“It’s not just about museums, and council records, we’ve got those,” says Sarah. “Real life stories help form communities, which is why we want to represent them in our archives.”

And not just ones from the middle and later aged, everyone has a memory of York. Take the boy who turned up at the Dringhouses roadshow and when asked what should York remember, drew a picture of the Bar Walls.

“He did it all jagged round the edges and when his sister added the Minster he stopped and drew the walls around to make sure it was inside,” says Sarah. “This child is four years old and his mum told us he never draws at home.”

But one of the most common responses is ‘I’m not from York’. When pressed, it turns out some of the protesters have lived here for 40 years, but still consider themselves non resident. Interesting. It seems these roadshows are not just history lessons, they spark social history debates, such as how long do you have to live in York to call yourself a Yorkie?

York Press:

York Library archivist Francesca Taylor notes Robert West’s memories at the New Earswick Library roadshow

Which is perhaps odd when so many people’s roadshow jottings describe York as more like a big village or small town.

“Although people may have spent a large chunk of their lives here, the feeling we’re getting is that where they grow up is where they’re from,” says Francesca. “It’s one of the most important parts of their lives.”

To compound the point, one man even wrote ‘you’re not a true Yorkie until you’ve seen the Minster without scaffolding.’ Memories of open spaces feature strongly, whether evoking happy childhood memories or bemoaning the loss of them. But in the main, most recollections so far have been fond ones.

“The negative stuff tends to be about areas that are changing right now,” says Sarah. “Unless they are talking about traumatic events, such as war, people like to reminisce about positive things.”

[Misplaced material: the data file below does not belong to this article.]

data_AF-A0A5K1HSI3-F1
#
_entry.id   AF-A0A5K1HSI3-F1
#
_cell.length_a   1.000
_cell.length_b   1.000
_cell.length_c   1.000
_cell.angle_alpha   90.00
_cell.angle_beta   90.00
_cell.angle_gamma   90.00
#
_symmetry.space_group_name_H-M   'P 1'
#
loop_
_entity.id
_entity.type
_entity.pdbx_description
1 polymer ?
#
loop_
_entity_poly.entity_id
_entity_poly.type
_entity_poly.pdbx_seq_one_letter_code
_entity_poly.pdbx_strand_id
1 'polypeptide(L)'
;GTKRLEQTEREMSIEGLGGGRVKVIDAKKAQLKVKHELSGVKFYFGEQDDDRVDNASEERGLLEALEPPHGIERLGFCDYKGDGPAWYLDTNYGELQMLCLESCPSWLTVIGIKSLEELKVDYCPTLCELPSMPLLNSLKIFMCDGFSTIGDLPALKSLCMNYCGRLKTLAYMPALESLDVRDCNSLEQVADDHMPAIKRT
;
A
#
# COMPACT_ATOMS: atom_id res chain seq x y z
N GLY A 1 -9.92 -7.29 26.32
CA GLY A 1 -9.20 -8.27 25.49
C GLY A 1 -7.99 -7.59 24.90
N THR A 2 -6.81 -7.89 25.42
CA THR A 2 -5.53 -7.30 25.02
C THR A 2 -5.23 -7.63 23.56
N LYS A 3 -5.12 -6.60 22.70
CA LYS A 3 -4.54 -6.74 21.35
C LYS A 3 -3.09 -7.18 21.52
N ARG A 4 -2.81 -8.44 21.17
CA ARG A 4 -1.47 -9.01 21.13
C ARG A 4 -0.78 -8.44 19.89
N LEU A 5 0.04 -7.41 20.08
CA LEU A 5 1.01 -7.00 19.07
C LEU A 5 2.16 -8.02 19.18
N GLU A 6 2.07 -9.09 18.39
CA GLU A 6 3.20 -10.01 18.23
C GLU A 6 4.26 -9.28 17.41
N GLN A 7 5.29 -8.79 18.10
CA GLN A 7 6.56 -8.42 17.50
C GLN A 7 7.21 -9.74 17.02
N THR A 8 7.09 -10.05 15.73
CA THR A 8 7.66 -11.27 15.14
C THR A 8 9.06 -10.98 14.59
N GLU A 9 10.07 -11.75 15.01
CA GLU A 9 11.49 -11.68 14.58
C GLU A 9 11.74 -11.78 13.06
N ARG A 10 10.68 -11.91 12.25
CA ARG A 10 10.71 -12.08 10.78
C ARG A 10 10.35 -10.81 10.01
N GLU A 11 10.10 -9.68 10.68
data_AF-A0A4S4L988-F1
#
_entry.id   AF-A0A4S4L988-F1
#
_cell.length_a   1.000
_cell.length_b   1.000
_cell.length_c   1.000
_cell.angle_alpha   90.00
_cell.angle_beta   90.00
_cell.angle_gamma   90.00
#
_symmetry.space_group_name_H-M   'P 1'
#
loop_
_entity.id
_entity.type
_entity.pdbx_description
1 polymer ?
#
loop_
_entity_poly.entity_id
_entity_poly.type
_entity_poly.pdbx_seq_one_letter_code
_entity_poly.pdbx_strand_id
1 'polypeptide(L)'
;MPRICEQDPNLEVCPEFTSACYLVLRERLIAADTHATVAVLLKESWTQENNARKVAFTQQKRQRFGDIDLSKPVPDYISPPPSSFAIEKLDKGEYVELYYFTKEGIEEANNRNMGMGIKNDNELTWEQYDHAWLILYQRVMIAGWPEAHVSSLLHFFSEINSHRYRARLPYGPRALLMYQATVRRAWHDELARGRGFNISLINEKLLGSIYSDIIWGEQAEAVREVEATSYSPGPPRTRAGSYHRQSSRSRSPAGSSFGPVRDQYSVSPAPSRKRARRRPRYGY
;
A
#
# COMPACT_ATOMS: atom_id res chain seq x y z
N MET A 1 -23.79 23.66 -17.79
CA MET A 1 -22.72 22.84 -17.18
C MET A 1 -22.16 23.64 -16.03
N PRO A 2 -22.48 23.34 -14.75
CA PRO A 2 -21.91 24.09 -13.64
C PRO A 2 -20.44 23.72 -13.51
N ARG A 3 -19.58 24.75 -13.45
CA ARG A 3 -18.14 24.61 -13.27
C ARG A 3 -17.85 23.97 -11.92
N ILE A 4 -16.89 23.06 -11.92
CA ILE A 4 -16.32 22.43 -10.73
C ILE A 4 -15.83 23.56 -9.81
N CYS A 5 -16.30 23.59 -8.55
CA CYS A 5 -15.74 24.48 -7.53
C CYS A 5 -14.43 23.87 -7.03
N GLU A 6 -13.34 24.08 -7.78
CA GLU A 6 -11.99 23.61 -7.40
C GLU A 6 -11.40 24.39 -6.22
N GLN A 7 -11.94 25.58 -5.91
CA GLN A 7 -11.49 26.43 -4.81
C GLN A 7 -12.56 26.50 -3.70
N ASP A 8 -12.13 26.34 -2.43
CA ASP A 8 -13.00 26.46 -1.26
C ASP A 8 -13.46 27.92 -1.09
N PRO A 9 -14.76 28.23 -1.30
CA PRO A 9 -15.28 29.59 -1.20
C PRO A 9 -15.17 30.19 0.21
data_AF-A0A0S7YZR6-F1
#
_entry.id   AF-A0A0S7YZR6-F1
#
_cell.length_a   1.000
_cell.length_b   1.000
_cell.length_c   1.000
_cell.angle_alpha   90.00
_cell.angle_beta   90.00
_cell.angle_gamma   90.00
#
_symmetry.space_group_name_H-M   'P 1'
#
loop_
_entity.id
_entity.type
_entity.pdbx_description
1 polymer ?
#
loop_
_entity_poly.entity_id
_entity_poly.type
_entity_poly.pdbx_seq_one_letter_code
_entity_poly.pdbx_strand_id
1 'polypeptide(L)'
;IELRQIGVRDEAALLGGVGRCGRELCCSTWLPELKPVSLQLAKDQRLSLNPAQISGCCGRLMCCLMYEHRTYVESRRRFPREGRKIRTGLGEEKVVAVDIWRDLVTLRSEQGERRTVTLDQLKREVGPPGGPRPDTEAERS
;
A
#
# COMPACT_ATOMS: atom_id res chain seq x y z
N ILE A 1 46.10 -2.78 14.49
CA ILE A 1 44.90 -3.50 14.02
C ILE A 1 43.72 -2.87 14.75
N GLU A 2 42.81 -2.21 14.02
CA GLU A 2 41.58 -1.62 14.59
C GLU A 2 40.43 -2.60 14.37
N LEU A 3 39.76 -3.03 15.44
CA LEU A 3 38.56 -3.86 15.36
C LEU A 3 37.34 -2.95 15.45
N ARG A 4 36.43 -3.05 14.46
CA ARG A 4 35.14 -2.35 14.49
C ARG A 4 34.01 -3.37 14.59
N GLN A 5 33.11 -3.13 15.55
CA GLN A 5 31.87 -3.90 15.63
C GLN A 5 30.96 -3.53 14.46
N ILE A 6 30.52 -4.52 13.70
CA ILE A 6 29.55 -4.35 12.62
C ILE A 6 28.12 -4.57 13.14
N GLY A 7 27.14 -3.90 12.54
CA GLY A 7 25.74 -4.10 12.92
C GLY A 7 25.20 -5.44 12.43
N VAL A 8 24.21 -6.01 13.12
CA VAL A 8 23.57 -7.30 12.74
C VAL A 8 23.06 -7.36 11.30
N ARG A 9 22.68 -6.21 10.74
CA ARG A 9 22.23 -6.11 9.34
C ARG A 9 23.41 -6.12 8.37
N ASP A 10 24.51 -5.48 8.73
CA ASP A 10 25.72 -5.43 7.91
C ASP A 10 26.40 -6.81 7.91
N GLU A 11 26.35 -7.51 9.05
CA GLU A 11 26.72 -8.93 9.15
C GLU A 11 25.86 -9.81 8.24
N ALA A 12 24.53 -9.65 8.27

One of the roadshow regulars is the all pervading smell of chocolate. At New Earswick the mere mention of it prompts Mary Marlowe to recall other aromas and stories.

“Where we lived in Wigginton, the chap who was there before us worked at the sugar beet factory and he levelled the garden using beet washings, so the grass didn’t do very well,” she says. “Smells are very evocative, when my husband came home every Friday from work on the train, in the days when you could open the window, the sugar beet factory was the first thing he could smell.”

But don’t be fooled into thinking memories like this are insignificant, because York: Gateway to History is the subject of PhD research at the University of York as an exemplar of community engagement.

“At conferences people are always interested to find out more, because traditionally archivists don’t do this sort of thing,” says Sarah. “We’re trying to promote our services and our history to as wide an audience as possible. Hopefully we’re setting a new direction.”

• THE roadshow will be at Bishopthorpe Library from 10am to 1pm today, then at Poppleton Library on May 8 from 2-4.30pm. If you can’t attend you can find out more from citymakinghistory.wordpress.com/2015/02/05/coming-soon-to-a-library-near-you/

• York: Gateway to History project is funded by the Heritage Lottery Fund with support from City of York Council.